February 24, 2021 10:00 AM
This week’s Courier Herald column:
It was a beautiful 68-degree and sunny day at my house Tuesday, and I missed it. I was there, but after almost a year of limited outside activities and a couple of weeks of bitter cold, I’m overly conditioned to accepting HVAC controlled 72 degrees and inside as my status quo.
I apparently no longer bother to check the weather. Despite the home office desk facing a wall of windows overlooking my backyard, it was a glance at social media late in the afternoon that let me know what kind of day – and possible opportunities – I had missed by acquiescing to my indoor status quo.
One of my last trips outside was a half day spent with my mother. I was honored and grateful to pick her up and go with her to get her second vaccine shot.
There is great relief in my family as our constant concern over the last year has been protecting the bubble around Mom. She’s beaten cancer and congestive heart failure in the last four years. Her second shot will hopefully soon relax the confines of her virtual bubble and allow for more than the extremely limited participation in otherwise normal activities that she’s observed for the last year.
Some like Mom can start to look forward again because of the vaccine. Others like myself have at least a temporary reprieve as someone carrying antibodies from a recent infection.
Too many are not like us. On our way home from getting Mom’s shot we stopped to pick up lunch for a family friend who lost her son the weekend before due to Covid. This weekend we virtually attended the funeral for another distant relative but close friend from the same community where I grew up.
To say the last year has been rough is the understatement of understatements. Most of us have a hard time appreciating that we’re still the lucky ones.
After a year of seemingly never ending bad news and dealing with real and regular notices of sickness and death, it’s been easy to accept a cold winter of immobility and virtual connections as our status quo. On the calendar, spring is just three weeks away. In Covid terms, it’s likely only slightly longer.
This week, Johnson and Johnson is expected to start shipping a third vaccine option for Americans. Unlike the two currently available, this one requires only one dose and doesn’t have the ultra-cold storage requirements. It should thus be easier to transport and won’t require administration to exactly six people at a time to avoid waste once a vial is opened and exposed to room temperature.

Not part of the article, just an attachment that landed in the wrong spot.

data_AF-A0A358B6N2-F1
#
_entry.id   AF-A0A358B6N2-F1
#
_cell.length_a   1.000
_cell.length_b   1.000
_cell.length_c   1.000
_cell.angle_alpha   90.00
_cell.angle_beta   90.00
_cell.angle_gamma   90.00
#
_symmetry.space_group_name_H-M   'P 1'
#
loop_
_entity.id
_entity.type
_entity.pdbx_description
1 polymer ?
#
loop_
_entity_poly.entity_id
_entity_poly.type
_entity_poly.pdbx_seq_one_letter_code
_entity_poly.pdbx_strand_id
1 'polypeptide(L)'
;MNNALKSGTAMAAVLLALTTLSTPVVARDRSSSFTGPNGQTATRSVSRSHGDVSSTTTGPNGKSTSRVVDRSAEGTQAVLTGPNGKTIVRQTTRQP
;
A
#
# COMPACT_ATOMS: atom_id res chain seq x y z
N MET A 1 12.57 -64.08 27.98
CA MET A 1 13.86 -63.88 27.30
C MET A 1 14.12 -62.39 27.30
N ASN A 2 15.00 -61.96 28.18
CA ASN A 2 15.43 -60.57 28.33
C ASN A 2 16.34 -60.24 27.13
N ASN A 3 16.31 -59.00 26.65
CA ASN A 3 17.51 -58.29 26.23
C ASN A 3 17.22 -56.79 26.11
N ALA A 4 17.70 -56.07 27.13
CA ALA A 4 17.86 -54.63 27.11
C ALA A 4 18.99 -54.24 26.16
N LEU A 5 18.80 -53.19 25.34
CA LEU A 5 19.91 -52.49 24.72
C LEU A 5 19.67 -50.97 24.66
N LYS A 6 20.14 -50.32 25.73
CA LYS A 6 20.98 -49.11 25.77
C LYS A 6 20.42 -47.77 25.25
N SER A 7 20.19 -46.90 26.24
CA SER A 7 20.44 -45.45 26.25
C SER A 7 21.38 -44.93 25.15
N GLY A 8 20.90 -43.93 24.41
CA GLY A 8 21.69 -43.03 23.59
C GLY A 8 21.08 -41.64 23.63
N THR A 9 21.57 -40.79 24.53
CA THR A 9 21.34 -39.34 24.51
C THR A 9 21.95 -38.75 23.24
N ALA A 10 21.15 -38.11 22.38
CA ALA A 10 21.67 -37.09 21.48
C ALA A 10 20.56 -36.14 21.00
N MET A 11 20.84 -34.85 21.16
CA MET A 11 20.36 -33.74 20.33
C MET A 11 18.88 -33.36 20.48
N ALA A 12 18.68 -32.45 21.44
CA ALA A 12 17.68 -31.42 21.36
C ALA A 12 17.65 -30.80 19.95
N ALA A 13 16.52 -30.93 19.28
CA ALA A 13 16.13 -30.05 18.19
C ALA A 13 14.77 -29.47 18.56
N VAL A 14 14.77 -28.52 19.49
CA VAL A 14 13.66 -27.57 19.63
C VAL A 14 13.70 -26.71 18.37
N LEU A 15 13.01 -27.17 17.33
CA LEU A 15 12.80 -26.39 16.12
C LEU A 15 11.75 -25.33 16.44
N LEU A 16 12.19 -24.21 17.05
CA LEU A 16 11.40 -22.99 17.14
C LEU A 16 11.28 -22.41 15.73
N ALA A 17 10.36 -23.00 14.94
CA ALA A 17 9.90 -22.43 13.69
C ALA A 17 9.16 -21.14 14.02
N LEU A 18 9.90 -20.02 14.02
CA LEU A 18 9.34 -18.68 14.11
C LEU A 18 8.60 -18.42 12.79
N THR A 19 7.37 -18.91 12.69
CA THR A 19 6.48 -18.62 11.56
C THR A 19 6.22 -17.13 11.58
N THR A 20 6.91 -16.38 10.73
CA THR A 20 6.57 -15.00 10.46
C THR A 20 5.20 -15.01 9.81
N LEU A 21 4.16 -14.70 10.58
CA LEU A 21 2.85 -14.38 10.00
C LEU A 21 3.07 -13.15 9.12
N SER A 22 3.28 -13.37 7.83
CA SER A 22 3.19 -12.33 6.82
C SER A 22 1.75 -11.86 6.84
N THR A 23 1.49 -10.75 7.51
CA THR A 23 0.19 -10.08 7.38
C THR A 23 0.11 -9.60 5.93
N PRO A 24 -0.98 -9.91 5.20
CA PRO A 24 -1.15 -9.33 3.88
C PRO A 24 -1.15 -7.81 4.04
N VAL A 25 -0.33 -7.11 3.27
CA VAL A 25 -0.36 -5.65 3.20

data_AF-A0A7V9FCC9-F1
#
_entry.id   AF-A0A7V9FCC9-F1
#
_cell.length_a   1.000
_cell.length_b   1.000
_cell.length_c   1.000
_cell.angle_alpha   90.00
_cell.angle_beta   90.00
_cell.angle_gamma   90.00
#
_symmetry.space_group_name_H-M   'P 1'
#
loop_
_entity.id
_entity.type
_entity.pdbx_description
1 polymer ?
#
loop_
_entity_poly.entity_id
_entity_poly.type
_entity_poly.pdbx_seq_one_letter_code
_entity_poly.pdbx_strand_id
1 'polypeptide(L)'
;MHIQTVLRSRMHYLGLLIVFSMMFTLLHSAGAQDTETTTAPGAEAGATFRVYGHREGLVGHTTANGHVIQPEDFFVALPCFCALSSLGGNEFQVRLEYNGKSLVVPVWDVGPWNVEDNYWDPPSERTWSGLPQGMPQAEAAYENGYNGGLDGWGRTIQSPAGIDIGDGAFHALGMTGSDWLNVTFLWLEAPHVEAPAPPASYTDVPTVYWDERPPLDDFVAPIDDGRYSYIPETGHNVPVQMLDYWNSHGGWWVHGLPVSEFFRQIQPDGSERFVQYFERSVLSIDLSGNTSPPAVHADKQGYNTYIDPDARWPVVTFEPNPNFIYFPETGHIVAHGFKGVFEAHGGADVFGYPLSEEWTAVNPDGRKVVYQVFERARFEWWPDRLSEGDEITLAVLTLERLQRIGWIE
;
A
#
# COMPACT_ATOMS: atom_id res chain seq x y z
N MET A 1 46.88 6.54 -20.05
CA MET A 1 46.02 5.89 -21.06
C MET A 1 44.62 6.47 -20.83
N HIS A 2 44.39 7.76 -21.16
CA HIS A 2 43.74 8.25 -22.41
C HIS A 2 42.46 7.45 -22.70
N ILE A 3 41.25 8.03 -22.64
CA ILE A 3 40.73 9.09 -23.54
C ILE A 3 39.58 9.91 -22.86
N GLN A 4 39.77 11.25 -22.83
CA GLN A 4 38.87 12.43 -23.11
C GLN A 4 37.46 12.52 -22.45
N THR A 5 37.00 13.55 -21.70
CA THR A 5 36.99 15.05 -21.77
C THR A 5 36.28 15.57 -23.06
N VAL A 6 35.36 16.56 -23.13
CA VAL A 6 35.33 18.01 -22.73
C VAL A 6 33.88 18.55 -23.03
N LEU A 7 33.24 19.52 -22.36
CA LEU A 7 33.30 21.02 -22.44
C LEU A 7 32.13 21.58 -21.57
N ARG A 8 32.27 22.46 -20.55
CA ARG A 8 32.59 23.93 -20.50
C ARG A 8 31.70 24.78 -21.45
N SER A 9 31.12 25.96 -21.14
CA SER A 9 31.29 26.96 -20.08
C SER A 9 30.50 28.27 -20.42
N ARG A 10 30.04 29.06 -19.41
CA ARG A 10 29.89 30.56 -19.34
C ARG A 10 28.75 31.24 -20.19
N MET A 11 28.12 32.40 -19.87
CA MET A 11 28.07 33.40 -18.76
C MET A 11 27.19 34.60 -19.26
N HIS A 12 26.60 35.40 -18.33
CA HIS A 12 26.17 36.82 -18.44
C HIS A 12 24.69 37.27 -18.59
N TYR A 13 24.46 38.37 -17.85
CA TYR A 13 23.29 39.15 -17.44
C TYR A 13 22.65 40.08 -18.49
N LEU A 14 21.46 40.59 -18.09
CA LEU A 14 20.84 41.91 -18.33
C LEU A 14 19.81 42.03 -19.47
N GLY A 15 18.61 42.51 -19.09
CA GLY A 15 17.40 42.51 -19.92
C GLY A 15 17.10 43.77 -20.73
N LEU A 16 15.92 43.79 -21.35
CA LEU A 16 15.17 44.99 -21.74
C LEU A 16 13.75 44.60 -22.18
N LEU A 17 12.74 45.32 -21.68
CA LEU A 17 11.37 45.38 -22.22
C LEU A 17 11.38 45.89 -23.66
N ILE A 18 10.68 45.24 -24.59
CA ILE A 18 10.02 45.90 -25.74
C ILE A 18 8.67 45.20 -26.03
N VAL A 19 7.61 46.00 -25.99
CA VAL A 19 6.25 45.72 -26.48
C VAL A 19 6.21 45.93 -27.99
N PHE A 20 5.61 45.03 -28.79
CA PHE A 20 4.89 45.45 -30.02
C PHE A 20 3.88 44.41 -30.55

It’s not just that the logistics of the new vaccine are going to help distribution. Math is on our side.
The population of America is estimated at approximately 330 million people. The vaccines are not approved at this time for use with children. That gives us a target population to vaccinate of approximately 210 million people who are over 18.
According to the CDC, 45 million Americans – roughly one out of five U.S. adults – have already received at least one dose of the current vaccines that are available. Pfizer has been ramping up shipments and will reach 13 million available doses per week by mid-March, and projects it will deliver 120 million total doses by the end of March. Moderna projects 100 million doses delivered within the same timeframe, and will increase shipments to 40 million doses per month in April.
Quick math there suggests that one month from now, the first two vaccines will have been shipped in quantities that would fully vaccinate half the U.S. adult population. By the end of April, that number would rise to 75%. Add in Johnson and Johnson’s 100 million single doses due by the end of June, and it’s clear that we’re soon going to switch from rationing vaccines to begging adults to take it.
We’re still in the deep grips of our Covid winter. Vaccine shipment and the positive early results from those who have received it tell us that a spring thaw is coming.
Let’s remain prudent in the interim. Equally important, however, is that we change our expectations in order to take advantage when the forecast allows us to get back outside.